I was going to write about our little Bugs Bunny, but then I realized that he wasn’t the only Looney Tune character that we’ve had in our midst lately.
I’ll start with Bugs though. A month ago while Ted was moving things around in the garage, he found a bunny nest amid some piles of wood he was storing for future use (always future projects in the back of his mind). Anyway, he tried not to move it too much after exposing it and took some pics and sent to me – I was in the Pacific Northwest for some time with our friends and a visit to Olympic National Park (I’ll review that area on another post). He then got out some of his surveillance cameras and put them along with a motion sensor near the nest so that he could make sure Momma Rabbit was going to come back and take care of the kittens (yes, the term for a newborn rabbit is a kitten). Ted wanted to allow them to live there until they were large enough to show the neighbor kids.
Well, momma did come back a couple times each day for the next few days to nurse the tiny kits. That was, until the neighbor dogs wandered over and into the garage and also found the nest. No, we weren’t home, but cameras don’t lie. The shepherd mix tore up the nest, killed one bunny, broke the back of another and when Ted finally found the other two later, they were shivering and not looking great. He put the broken one out of it’s misery and then took the other two inside and warmed them under the heat lamp we have for the chicks when they are young. After remaking their nest, he put them back outside hoping Momma would return.
He didn’t see Momma that next night and got quite worried. He googled what to feed the tiny things and went out and purchased some goats milk powder, heavy cream and a tiny bottle. The word is, you mix the goat milk powder with water and add a spash of cream. He was successful getting one of them to eat, but the other just would not even try. That second night after the attack, he feared they would get too cold without Mom around and so brought them again inside. Halfway through the night, the Mom showed up on camera and found no babies. Ted put them back outside, but she of coarse was already gone. He placed a heater under the layer of rocks and materials their nest had been built upon so that they would have some heat from below and hoped she would return. It never happened.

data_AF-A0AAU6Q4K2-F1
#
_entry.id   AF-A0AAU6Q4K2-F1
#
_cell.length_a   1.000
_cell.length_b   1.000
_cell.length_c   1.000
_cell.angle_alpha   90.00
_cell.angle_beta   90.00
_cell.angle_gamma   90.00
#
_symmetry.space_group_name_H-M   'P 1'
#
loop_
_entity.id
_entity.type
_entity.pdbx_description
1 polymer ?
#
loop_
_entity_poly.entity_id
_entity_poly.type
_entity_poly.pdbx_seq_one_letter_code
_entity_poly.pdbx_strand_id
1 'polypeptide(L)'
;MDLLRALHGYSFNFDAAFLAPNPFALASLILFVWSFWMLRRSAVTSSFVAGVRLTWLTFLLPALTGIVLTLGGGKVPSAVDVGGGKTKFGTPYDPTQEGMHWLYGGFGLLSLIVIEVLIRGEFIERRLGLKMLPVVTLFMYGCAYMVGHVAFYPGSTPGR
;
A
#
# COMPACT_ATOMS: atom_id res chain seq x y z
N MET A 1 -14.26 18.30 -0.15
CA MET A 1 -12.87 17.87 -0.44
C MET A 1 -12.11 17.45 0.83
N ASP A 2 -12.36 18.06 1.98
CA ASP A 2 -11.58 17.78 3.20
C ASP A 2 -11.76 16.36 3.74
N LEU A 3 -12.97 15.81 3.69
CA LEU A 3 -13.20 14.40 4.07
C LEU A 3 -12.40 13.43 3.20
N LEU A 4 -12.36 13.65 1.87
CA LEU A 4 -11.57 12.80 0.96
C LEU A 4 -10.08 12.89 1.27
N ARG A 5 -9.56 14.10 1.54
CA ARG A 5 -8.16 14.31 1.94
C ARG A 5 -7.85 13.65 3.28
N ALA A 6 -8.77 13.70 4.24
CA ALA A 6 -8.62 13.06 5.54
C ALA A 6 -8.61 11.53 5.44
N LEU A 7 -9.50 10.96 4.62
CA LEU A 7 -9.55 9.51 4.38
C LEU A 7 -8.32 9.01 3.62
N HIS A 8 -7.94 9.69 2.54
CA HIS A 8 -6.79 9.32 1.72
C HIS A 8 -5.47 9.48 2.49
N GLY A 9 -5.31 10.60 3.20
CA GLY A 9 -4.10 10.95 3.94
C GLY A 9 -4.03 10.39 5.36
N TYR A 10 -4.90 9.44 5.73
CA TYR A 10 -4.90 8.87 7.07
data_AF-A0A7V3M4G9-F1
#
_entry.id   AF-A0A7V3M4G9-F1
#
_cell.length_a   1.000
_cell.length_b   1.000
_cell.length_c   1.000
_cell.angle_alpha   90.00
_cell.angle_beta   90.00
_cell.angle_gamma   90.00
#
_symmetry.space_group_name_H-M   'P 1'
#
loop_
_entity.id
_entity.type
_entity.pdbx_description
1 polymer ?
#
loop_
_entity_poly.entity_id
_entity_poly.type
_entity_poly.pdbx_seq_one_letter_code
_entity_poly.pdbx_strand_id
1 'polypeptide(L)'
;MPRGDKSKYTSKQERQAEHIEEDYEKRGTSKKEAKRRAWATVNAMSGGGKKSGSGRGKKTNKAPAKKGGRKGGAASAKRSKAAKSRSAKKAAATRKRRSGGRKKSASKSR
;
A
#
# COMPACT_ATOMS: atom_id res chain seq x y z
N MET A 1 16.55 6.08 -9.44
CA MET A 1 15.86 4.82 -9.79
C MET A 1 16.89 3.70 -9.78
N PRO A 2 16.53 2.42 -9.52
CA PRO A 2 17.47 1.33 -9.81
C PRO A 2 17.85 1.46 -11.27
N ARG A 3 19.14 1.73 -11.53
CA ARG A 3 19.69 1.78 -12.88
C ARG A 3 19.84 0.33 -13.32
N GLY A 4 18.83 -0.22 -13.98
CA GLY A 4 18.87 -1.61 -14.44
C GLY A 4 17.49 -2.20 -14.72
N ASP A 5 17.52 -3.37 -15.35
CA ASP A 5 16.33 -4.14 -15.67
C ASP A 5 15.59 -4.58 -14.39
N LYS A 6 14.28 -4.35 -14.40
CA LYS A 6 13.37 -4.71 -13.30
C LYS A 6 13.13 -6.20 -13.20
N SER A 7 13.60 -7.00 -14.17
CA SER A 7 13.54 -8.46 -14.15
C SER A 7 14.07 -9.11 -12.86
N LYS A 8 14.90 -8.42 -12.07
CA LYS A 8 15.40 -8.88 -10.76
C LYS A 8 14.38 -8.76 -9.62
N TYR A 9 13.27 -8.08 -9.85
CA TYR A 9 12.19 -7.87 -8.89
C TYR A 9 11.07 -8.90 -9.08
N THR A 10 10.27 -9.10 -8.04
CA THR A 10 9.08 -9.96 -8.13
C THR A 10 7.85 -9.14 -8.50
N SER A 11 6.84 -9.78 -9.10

Peter, as Ted now called the thriving bunny, was taking to the bottle and bits of greens that Ted would provide, pretty well. The sibling did not ever take any food and thus the little thing also passed and we were down to just one baby.
Ted soon established a routine with Peter aka Bugs (as Devin and I called him) . Ted had the sensor set to his phone and if the bunny was up and moving about, the alarm on the phone would go off and Ted figured Peter was looking for food and family. Ted would then feed him and snuggle a bit as he did so. Devin helped out while we were at work and would take the mid day shift. Just like any baby, he grew quickly and adjusted to his environment. Ted learned that after a bit of milk, the little dude liked to have some greens and was partial to fresh dandelion leaves from the yard.
As he progressed, Ted would then put him in the yard under a basket and let him graze on the grass in the section in the containment area. One evening just as we were getting ready for dinner, Ted put Bugs in the basket and went about his business. I let Ted know that dinner was ready and noticed that he was out walking the yard. When he came in to eat, he simply said: “I didn’t know baby rabbits could burrow so quickly”. Turns out, while he was busy in the yard, little Peter/Bugs had burrowed his way out from under the basket and set himself free. We looked for a bit, but if you have ever seen our yard, you know there are a million places for a tiny animal to hide. We had done what we could for the little fella, so if he decided it was time for a jail break, then we could only hope for the best for him. It took several days for us to look at every movement in the yard and not hope it was him.